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Arboriculture & Urban Forestry Online
Volume 45, Issue 5 — September 2019

A Survey of Key Arthropod Pests on Common Southeastern Street Trees

Steven D. Frank

Abstract: Cities contain dozens of street tree species each with multiple arthropod pests. Developing and implementing integrated pest management (IPM) tactics, such as scouting protocols and thresholds, for all of them is untenable. A survey of university research and extension personnel and tree care professionals was conducted as a first step in identifying key pests of common street tree genera in the Southern United States. The survey allowed respondents to rate seven pest groups from 0 (not pests) to 3 (very important or damaging) for each of ten tree genera. The categories were sucking insects on bark, sucking insects on leaves, defoliators and leafminers, leaf and stem gall forming arthropods, trunk and twig borers and bark beetles, and mites. Respondents could also identify important pest species within categories. Some tree genera, like Quercus and Acer, have many important pests in multiple categories. Other genera like Liriodendron, Platanus, and Lagerstroemia have only one or two key pests. Bark sucking insects were the highest ranked pests of Acer spp. Defoliators, primarily caterpillars, were ranked highest on Quercus spp. followed closely by leaf and stem gallers, leaf suckers, and bark suckers. All pest groups were rated below 1 on Zelkova spp. Identifying key pests on key tree genera could help researchers prioritize IPM development and help tree care professionals prioritize their training and IPM implementation. Recommendations for future surveys include having more respondents and tree taxa represented and identifying trees to species within large genera, such as Acer and Quercus.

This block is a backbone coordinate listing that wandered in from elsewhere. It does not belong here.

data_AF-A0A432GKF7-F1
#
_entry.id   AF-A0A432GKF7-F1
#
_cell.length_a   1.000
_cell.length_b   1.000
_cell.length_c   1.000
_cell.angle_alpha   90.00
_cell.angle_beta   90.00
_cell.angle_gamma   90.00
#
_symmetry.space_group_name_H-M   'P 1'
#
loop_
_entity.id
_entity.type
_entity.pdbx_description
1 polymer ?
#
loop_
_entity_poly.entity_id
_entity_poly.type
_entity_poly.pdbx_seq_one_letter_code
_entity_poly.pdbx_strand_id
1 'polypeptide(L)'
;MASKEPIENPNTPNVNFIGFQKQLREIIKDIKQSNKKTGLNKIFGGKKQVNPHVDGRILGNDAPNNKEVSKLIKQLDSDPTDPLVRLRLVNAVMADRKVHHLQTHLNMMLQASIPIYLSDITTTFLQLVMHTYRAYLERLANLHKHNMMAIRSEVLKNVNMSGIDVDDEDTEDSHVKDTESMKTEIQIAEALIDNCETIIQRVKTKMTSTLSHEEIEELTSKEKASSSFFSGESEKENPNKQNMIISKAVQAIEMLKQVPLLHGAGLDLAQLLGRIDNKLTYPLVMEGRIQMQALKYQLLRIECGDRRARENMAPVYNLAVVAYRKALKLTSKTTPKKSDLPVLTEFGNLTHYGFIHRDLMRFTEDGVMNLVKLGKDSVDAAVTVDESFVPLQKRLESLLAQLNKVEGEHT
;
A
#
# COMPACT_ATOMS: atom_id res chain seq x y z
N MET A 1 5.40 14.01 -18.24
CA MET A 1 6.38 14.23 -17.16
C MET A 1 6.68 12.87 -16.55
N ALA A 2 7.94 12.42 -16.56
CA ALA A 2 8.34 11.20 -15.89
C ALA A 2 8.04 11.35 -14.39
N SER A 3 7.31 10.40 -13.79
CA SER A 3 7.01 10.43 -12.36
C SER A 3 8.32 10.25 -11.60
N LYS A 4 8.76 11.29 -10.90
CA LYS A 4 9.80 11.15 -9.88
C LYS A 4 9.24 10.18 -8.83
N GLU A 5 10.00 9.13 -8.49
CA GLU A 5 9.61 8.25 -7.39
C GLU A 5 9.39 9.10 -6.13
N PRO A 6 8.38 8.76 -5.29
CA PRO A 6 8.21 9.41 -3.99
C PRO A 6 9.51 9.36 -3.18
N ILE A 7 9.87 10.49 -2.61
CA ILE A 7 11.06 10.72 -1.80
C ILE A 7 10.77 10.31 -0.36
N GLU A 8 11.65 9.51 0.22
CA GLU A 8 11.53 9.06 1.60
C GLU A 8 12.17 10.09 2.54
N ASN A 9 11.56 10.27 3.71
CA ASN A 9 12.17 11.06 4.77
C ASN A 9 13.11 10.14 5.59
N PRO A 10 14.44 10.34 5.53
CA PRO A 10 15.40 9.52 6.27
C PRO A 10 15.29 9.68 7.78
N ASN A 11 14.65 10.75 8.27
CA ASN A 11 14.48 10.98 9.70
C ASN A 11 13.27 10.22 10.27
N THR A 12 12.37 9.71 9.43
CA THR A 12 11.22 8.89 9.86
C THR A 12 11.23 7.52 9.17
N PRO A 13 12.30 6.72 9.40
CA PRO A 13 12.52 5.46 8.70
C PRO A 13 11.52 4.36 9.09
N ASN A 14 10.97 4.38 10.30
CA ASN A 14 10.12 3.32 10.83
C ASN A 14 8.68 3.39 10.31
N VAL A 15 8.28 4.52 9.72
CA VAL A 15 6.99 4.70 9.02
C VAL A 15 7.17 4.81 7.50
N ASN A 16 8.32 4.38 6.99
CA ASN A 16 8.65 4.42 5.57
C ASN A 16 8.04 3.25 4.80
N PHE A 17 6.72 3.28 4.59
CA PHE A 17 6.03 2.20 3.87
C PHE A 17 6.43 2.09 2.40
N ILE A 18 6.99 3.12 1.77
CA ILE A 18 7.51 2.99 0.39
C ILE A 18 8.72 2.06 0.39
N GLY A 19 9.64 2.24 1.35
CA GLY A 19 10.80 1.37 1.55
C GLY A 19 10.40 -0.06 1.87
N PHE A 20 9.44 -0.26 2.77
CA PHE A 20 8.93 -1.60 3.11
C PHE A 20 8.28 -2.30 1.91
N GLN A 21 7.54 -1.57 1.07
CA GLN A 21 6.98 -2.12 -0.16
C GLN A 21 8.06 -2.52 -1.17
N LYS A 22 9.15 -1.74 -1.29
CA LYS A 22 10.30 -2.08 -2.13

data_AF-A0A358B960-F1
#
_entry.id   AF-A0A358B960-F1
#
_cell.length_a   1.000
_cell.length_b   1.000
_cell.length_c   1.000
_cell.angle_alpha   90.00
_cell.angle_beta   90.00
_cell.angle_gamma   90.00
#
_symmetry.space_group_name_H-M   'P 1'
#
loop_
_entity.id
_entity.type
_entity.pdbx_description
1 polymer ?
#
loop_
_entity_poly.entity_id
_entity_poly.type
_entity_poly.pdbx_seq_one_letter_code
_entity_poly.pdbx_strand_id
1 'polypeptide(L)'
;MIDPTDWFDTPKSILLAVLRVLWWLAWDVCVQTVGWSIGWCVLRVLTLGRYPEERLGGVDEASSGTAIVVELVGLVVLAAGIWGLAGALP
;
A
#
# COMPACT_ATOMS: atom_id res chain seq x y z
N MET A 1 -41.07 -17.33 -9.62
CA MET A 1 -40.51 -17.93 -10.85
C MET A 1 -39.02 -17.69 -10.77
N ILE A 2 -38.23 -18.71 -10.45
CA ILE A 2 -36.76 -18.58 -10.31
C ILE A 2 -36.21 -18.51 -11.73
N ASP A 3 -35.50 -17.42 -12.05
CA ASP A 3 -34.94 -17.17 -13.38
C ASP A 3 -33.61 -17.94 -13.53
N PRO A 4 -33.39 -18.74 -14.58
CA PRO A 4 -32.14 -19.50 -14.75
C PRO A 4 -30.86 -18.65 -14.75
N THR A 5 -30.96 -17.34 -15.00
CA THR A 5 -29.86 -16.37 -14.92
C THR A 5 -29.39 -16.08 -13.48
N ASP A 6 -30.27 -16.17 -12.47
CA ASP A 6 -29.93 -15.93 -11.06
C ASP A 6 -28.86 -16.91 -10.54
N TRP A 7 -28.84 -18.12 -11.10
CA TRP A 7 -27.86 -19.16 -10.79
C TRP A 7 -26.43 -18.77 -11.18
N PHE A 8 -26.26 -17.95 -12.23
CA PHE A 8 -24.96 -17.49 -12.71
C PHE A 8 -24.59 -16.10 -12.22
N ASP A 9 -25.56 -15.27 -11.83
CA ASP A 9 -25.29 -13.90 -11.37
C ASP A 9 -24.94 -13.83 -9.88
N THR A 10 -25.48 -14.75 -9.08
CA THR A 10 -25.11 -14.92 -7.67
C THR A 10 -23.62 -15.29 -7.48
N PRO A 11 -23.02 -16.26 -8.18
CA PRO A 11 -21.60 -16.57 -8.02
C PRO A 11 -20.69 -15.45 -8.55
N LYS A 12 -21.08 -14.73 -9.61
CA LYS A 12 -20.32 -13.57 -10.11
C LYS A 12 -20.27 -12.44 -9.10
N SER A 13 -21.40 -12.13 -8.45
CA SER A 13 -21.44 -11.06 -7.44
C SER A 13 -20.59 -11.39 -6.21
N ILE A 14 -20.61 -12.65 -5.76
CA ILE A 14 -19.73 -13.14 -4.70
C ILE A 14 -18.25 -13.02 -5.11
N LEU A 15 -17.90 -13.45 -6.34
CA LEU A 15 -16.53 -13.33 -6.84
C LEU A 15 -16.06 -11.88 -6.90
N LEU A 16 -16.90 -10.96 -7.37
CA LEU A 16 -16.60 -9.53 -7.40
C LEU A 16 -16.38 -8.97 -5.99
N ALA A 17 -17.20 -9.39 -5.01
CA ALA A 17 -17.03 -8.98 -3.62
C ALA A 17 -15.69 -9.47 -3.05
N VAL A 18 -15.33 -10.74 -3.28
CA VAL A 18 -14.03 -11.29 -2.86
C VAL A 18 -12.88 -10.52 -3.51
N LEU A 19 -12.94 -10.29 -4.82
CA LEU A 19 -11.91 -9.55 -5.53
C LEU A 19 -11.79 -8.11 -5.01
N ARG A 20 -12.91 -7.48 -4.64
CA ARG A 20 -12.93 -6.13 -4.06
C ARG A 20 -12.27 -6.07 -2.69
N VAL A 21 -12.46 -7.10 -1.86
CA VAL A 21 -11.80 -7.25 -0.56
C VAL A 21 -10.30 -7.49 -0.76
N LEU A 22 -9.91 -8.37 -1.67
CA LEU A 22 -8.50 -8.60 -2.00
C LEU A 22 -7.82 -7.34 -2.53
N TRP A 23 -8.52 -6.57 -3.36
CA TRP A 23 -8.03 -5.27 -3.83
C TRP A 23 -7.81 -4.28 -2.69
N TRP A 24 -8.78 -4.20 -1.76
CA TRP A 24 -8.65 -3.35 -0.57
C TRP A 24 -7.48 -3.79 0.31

Keywords: A Survey of Key Arthropod Pests on Common Southeastern Street Trees

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